“The issue here,” he said, “is how fast will Apple fix the bug, how many apps trigger the crash, and whether it will persist even after the fix.”


[Source:- Technewsworrld]

Heavy social media users ‘trapped in endless cycle of depression’


The more time young adults spend on social media, the more likely they are to become depressed, a study has found.

Of the 19 to 32-year-olds who took part in the research, those who checked social media most frequently throughout the week were 2.7 times more likely to develop depression than those who checked least often.

The 1,787 US participants used social media for an average 61 minutes every day, visiting accounts 30 times per week. Of them a quarter were found to have high indicators of depression.

Dr Brian Primack, the director of Pitt’s Centre for Research on Media, Technology and Health, led the study, and told The Independent: “It is important to explain that, because this was a cross-sectional study, directionality is not clear from these results.

“One strong possibility is that people who are already having depressive symptoms start to use social media more, perhaps because they do not feel the energy or drive to engage in as many direct social relationships.”

However, he said there are several reasons why increased social media could lead to more depressive thoughts. One example he cited was a phenomenon which is sometimes referred to as “Facebook depression”.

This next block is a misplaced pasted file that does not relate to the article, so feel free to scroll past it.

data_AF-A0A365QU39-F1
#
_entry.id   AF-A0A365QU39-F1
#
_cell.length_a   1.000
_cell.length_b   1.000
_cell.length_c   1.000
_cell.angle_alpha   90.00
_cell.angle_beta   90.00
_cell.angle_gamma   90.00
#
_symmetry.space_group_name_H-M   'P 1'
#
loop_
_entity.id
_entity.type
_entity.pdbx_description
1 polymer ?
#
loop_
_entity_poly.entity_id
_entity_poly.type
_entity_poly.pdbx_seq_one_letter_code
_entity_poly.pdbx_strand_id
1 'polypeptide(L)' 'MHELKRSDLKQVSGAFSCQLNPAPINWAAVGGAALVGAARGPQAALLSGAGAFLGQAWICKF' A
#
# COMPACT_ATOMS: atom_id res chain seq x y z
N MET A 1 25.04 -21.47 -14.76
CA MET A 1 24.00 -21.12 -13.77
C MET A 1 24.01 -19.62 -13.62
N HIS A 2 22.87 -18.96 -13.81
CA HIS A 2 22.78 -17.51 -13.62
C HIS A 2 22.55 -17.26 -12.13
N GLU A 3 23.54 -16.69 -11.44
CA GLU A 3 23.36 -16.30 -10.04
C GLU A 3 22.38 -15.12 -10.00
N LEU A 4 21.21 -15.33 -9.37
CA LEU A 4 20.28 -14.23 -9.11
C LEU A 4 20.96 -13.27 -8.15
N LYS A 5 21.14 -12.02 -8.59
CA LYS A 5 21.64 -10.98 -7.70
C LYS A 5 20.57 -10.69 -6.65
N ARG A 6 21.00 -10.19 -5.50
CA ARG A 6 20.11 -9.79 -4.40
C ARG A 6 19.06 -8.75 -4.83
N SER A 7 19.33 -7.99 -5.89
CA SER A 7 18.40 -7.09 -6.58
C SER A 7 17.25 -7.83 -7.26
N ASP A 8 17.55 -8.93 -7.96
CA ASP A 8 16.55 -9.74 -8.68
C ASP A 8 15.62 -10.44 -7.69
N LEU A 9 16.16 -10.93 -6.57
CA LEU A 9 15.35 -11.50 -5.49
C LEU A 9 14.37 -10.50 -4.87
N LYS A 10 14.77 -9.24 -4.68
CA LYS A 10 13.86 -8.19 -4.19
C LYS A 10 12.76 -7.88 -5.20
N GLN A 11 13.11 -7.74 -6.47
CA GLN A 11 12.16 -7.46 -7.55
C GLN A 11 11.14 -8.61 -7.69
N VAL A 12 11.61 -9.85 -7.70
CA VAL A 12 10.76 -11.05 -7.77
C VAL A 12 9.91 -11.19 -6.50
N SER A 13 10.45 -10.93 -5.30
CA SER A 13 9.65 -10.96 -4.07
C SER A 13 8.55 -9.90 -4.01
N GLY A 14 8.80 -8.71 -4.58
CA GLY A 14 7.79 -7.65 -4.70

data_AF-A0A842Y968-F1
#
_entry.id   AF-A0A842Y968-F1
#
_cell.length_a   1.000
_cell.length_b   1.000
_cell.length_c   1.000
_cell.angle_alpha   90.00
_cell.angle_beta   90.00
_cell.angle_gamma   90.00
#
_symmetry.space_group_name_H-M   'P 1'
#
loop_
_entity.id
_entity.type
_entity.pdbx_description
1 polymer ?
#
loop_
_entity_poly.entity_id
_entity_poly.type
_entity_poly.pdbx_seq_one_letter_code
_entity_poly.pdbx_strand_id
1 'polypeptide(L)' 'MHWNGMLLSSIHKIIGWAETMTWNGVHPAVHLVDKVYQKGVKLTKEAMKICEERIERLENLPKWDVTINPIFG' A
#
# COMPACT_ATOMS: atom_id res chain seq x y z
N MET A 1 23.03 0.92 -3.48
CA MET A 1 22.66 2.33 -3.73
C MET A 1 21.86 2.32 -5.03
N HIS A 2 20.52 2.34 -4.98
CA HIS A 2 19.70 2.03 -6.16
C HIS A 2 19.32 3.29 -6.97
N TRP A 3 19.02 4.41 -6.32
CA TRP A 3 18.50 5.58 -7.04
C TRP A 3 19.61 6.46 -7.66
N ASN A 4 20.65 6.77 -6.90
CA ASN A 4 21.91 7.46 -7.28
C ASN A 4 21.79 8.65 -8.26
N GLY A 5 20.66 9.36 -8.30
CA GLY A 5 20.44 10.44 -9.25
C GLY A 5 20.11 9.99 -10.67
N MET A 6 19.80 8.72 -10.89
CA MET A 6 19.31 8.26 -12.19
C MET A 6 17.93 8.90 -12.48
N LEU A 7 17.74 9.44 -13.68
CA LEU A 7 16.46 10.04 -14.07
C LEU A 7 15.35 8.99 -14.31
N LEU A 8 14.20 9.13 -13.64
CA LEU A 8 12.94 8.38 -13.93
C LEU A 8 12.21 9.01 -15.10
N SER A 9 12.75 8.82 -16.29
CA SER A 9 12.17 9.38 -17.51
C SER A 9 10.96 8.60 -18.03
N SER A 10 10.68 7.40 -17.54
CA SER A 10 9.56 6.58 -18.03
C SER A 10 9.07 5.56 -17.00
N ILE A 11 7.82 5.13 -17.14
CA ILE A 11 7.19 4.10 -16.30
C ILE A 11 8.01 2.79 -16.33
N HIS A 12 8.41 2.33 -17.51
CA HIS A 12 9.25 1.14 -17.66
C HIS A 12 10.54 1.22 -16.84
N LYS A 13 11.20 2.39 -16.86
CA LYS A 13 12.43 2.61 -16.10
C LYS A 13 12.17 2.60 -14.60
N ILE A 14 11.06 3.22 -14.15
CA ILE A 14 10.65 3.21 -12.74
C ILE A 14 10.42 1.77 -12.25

“People who engage in a lot of social media use may feel they are not living up to the idealised portraits of life that other people tend to present in their profiles.

“As with many things in the social sciences, it may also be that both of these directions are accurate.

“This would be concerning, because it would imply that there is a potential vicious circle: people who become depressed may turn to social media for support, but their excessive engagement with it might only serve to exacerbate their depression.”

The study, by the University of Pittsburgh School of Medicine, looked at the 11 most popular social media platforms at the time: Facebook, YouTube, Twitter, Google Plus, Instagram, Snapchat, Reddit, Tumblr, Pinterest, Vine and LinkedIn.

There are currently over a billion people actively using Facebook daily, while Twitter attracts 320 million active users every month.

These findings are particularly disturbing as the World Health Organisation published a report in October 2015 which said depression is now the leading cause of disability worldwide.

However, Dr Primack said he could imagine scenarios in which social media could itself become a tool to combat the problem.

“We hope that this research may provide one piece to the puzzle of how we can best use powerful tools such as social media to our advantage and not our detriment.

“We certainly do not recommend that people stop using social media. Social media is obviously an extremely important part of modern-day society and has many important functions.

“Hopefully the knowledge that there can be emotional risks associated with its use may help individuals to make better choices about the extent to which they use social media and the way in which they use it.”

“It is important to acknowledge that what we found were just overall tendencies for the entire population therefore, these findings do not suggest that every person who engages with more social media use is depressed in fact there may certainly be groups of people who find solace and lessening of their depression through social media resources and relationships,” he said.



[Source:- Independent]